I’ve been upgrading some PCs at home recently, and one of the topics we’ve been discussing around the family is what kind of monitor(s) would suit everyone’s needs.  It was logic to extend that study to what kind monitor / display arrangement suits developers.

I’ve come across this kind of discussion in various blogs, and one thing that has struck me is that there is little distinction between home and office requirements.  This is probably down to both the prevalence of contract workers, as well as a shift toward some portion of time working from home.  Indeed, with the availability of some interesting hardware devices, even travelling developers, i.e. laptop users, also have many options available to them (i.e. when not actually travelling).

So, the main choices facing developers are … how many screens do I need, and how big should they be?  It ends up being quite personal, though I’ll try to discuss some influencing factors.  It’s a good idea to have a “home” screen, i.e. where you want to be continually updated with emails or some web content.  You would typically arrange a few application windows to fit the screen.  Hopefully these windows’ co-ordinates can be saved by these applications.  Essentially this is the concept behind Windows 8 live tiles.

For actual development I’d suggest 2 screens, one for source code editing and the other for testing / troubleshooting.  You might justify extra screens if you need two different source code editors (e.g. for polyglot development), or if the deployment environment is complex and possibly deployed over additional servers.  Screen size could be driven by budget, aesthetics or just … how good is your eyesight!  If utilising the screens for gaming as well, then I’m told refresh rate is very important.

Assuming your set-up has one workstation controlling everything, all of your screens will be extending the desktop.  Windows 8 has useful new features to support extended desktops including extending the wallpaper and the taskbar.  At last, there is somewhere to see those well stitched panorama photos that you created when you were exploring your new camera’s features.  You can also choose completely different wallpaper on each screen.

If you are lucky enough to have a permanent workstation set up, then you have maximum hardware flexibility, and only your budget is a limiting factor.  The main advantage over laptop users is that you can make sure that all screens have the same resolution.  This is handy if you move windows around between screens as they will always maximise to the correct size.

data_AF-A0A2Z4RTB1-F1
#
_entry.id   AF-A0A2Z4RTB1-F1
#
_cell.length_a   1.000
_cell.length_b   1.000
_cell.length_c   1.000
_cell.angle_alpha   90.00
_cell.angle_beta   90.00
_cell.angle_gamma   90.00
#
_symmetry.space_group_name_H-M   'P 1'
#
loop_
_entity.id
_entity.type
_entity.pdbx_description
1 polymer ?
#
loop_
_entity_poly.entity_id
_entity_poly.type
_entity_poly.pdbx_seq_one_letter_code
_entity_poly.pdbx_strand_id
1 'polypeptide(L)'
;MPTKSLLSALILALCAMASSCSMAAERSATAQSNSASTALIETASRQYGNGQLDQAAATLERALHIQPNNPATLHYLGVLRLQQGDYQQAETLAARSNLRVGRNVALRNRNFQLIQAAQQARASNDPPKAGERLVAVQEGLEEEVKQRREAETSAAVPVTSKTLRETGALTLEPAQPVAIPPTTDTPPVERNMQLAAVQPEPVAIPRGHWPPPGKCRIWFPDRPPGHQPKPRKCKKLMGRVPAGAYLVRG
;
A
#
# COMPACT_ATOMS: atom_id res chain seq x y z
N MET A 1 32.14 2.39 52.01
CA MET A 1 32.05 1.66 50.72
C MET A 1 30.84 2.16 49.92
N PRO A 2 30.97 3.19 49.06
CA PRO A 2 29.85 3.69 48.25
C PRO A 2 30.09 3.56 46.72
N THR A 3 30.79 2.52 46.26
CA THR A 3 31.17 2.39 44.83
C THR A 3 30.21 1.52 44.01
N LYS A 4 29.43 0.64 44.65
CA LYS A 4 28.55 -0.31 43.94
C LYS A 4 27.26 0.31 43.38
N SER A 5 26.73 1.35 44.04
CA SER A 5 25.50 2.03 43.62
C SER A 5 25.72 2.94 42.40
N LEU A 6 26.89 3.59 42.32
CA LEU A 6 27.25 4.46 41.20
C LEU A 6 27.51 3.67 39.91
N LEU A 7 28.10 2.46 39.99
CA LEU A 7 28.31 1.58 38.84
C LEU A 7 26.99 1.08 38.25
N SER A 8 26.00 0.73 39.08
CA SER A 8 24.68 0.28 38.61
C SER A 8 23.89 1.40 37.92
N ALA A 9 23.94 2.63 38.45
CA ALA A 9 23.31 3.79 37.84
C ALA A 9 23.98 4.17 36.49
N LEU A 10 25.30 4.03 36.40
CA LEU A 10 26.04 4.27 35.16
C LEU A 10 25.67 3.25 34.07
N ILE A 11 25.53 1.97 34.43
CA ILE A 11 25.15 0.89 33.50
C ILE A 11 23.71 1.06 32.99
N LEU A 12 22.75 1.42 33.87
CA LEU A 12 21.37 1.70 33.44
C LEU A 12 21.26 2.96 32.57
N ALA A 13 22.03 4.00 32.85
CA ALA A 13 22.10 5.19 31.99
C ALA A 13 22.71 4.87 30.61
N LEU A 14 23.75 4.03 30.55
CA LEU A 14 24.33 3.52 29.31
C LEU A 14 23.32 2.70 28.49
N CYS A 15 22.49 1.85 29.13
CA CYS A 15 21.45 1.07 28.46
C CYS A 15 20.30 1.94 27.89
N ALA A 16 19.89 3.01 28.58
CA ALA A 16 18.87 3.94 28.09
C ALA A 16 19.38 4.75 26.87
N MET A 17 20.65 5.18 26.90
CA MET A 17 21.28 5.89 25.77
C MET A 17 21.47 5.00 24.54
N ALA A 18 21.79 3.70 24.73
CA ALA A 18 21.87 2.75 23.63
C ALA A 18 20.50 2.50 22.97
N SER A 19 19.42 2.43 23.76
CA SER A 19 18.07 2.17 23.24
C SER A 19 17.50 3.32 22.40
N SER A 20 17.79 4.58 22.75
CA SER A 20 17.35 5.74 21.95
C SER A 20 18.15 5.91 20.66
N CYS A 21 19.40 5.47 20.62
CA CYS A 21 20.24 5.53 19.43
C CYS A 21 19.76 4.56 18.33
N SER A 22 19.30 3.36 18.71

Laptop users have to make some compromises as it’s assumed that at some time you will run some of those development applications that would normally exploit multiple screens, away from your normal environment, i.e. run them in one screen.  Sometimes you can borrow one foreign screen, but it won’t be the same as the home environment.  So here’s a tip that I’ve learnt from hard experience: always drag all windows back to the laptop screen before shutting the application down.  Disconnecting the extra screen whilst your program is still running has lead me down futile troubleshooting paths, even re-installing software, all because I though the program was broken / corrupted etc., when it was just waiting for input to a secondary window that was displaying where the second monitor used to be displaying that window.

1 Comment

  1. There is a point in this where the utility of the development interface comes into play. Where the development environment allows for drilling into the subroutine and keeps track of previous positions, exploring the function of a procedure and coming back to where one started is easy enough one can manage with one screen to do it on. Where this facility doesn't exist, one must therefore have at least one extra vdu as a 'reference' or lookup screen, allowing the current task to have focus whilst referencing the required extra subroutines. With Uniface, I find about 5 IDFs open at any one time is probably required, and balance these between two vdus.